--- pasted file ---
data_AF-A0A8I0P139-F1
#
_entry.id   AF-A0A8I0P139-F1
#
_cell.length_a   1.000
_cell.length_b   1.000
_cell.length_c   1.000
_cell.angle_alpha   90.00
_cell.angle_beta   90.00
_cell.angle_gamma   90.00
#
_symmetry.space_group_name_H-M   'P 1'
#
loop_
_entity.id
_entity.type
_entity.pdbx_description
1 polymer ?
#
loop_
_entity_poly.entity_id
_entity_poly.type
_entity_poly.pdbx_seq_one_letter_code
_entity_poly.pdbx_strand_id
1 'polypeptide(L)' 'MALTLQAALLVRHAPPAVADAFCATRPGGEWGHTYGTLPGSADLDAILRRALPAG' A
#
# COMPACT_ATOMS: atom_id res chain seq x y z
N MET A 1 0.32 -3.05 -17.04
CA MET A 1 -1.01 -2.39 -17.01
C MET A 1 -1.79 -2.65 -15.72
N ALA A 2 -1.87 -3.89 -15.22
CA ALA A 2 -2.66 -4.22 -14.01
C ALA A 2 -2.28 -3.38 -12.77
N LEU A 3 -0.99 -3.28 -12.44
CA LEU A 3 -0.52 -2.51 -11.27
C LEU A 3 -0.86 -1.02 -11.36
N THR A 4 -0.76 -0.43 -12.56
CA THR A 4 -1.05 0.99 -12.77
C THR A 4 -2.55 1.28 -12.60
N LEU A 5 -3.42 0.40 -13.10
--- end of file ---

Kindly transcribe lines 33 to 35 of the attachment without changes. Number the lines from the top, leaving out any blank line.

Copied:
C ALA A 2 -2.28 -3.38 -12.77
N LEU A 3 -0.99 -3.28 -12.44
CA LEU A 3 -0.52 -2.51 -11.27